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This is the final published version of the article from the Journal of Neuroscience, 2022 Oct 3;42(46):8647-8657.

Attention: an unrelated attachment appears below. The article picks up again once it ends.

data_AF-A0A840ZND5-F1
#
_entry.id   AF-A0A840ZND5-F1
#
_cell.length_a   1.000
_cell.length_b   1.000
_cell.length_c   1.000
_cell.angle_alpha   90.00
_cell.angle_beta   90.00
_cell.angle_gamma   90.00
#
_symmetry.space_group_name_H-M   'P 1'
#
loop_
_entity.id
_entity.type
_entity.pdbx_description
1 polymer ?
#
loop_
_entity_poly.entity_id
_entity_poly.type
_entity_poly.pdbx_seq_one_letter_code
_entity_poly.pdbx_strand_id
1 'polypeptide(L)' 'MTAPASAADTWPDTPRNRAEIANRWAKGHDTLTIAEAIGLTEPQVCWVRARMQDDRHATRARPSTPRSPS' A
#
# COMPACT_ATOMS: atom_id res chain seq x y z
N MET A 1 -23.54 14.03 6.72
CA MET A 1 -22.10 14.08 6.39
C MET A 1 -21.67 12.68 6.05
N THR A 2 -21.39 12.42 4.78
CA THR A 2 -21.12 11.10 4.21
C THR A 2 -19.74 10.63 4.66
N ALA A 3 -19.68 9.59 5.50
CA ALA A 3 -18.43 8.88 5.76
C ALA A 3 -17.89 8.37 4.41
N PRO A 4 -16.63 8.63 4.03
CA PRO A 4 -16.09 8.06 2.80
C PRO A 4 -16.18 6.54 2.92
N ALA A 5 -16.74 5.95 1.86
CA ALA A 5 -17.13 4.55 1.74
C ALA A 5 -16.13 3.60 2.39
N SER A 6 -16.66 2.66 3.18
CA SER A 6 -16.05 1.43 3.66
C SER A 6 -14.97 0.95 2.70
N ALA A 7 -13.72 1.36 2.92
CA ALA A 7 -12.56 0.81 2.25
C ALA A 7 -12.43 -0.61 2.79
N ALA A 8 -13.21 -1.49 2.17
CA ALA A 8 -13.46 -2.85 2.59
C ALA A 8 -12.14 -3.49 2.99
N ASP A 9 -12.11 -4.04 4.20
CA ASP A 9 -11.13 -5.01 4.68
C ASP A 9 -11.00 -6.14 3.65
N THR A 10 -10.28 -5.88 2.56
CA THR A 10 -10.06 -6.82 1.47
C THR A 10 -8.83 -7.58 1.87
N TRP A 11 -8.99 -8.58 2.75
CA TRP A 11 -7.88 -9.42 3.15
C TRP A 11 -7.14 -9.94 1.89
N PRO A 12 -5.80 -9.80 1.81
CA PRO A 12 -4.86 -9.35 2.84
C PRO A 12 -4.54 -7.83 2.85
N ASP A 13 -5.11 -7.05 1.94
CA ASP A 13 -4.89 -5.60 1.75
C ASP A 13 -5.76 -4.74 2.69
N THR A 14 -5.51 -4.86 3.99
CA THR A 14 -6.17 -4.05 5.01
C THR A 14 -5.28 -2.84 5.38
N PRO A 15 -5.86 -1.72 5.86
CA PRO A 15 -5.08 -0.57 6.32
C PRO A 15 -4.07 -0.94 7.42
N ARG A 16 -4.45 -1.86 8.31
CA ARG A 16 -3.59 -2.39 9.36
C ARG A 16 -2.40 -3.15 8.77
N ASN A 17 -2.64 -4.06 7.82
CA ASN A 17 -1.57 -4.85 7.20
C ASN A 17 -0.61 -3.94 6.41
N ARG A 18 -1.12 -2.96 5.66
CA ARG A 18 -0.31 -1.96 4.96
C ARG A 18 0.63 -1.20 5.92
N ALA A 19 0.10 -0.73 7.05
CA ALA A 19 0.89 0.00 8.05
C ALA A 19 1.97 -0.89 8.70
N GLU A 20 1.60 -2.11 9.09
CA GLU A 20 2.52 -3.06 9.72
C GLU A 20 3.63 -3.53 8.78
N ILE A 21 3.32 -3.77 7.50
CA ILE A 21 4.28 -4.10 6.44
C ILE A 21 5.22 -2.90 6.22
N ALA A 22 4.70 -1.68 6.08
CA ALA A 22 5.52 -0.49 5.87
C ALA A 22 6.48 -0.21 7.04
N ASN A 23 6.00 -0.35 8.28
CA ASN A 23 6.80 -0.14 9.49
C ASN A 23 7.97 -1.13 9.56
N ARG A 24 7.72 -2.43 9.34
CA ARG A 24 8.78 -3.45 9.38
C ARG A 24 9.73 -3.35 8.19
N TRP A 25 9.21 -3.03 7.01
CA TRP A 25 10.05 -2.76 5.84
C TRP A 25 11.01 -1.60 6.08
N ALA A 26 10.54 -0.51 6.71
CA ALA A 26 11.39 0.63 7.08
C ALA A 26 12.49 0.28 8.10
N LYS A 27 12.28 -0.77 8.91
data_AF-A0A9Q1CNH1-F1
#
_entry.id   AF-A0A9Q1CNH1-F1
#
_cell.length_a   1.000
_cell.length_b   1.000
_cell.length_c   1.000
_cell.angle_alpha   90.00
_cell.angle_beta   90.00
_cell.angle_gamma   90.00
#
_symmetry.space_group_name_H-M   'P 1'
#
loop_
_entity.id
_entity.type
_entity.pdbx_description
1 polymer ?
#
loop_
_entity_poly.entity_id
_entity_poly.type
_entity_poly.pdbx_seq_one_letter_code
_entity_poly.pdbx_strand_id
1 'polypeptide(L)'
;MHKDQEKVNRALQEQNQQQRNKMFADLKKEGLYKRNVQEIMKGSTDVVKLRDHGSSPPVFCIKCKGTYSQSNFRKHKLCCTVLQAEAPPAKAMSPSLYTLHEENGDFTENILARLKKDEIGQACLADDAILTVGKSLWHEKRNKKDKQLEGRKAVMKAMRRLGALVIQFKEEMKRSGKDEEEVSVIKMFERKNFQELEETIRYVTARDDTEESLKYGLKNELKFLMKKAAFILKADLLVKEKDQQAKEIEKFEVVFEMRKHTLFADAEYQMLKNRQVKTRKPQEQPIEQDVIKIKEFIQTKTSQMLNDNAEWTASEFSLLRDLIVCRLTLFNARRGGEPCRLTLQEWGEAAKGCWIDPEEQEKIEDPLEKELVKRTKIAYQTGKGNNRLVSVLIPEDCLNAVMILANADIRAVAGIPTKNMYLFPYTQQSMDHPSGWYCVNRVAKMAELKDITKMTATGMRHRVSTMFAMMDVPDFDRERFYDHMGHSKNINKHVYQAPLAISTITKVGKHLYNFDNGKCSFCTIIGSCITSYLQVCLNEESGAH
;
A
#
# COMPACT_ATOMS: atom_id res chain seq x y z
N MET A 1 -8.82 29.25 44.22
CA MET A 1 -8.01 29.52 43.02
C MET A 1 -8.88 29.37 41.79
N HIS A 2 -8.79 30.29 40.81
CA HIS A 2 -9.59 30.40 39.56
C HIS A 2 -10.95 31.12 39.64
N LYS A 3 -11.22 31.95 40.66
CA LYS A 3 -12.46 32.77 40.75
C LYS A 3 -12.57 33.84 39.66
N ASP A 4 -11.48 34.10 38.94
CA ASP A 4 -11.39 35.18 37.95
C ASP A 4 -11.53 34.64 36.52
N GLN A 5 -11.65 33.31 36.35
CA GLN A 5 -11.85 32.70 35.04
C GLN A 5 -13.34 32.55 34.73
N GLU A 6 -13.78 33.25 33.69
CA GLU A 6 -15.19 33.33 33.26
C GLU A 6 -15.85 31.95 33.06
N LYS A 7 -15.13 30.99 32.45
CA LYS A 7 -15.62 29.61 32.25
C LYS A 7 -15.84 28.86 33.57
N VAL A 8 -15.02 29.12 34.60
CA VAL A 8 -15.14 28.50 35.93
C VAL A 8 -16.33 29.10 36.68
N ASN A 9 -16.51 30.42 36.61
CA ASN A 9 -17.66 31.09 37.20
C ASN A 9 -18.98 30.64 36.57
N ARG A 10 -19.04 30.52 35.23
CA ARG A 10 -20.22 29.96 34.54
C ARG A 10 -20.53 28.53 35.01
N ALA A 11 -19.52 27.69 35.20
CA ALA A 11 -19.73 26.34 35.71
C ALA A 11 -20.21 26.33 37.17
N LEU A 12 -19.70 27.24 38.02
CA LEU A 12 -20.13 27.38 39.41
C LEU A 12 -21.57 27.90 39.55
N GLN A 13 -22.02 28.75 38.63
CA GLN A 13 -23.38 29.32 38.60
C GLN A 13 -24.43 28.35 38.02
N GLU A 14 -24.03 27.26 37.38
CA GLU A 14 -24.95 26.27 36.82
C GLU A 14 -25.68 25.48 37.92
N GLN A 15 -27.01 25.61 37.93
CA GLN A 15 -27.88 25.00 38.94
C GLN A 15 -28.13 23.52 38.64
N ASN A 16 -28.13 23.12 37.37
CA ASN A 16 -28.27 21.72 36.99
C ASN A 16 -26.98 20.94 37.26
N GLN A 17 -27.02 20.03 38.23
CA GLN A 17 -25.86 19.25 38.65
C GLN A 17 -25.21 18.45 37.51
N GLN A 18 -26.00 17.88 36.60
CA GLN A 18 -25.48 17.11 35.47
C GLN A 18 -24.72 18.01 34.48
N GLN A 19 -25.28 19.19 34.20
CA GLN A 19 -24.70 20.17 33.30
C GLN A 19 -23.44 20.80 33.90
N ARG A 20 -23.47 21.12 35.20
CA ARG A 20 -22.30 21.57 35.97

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The Kv3.4 channel regulates action potential (AP) repolarization in nociceptors and excitatory synaptic transmission in the spinal cord. We hypothesize that this is a tunable role governed by protein kinase-C-dependent phosphorylation of the Kv3.4 cytoplasmic N-terminal inactivation domain (NTID) at four nonequivalent sites. However, there is a paucity of causation evidence linking the phosphorylation status of Kv3.4 to the properties of the AP. To establish this link, we used adeno-associated viral vectors to specifically manipulate the expression and the effective phosphorylation status of Kv3.4 in cultured dorsal root ganglion (DRG) neurons from mixed-sex rat embryos at embryonic day 18. These vectors encoded GFP (background control), wild-type (WT) Kv3.4, phosphonull (PN) Kv3.4 mutant (PN = S[8,9,15,21]A), phosphomimic (PM) Kv3.4 mutant (PM = S[8,9,15,21]D), and a Kv3.4 nonconducting dominant-negative (DN) pore mutant (DN = W429F). Following viral infection of the DRG neurons, we evaluated transduction efficiency and Kv3.4 expression and function via fluorescence microscopy and patch clamping. All functional Kv3.4 constructs induced current overexpression with similar voltage dependence of activation. However, whereas Kv3.4-WT and Kv3.4-PN induced fast transient currents, the Kv3.4-PM induced currents exhibiting impaired inactivation. In contrast, the Kv3.4-DN abolished the endogenous Kv3.4 current. Consequently, Kv3.4-DN and Kv3.4-PM produced APs with the longest and shortest durations, respectively, whereas Kv3.4-WT and Kv3.4-PN produced intermediate results. Moreover, the AP widths and maximum rates of AP repolarization from these groups are negatively correlated. We conclude that the expression and effective phosphorylation status of the Kv3.4 NTID confer a tunable mechanism of AP repolarization, which may provide exquisite regulation of pain signaling in DRG neurons.

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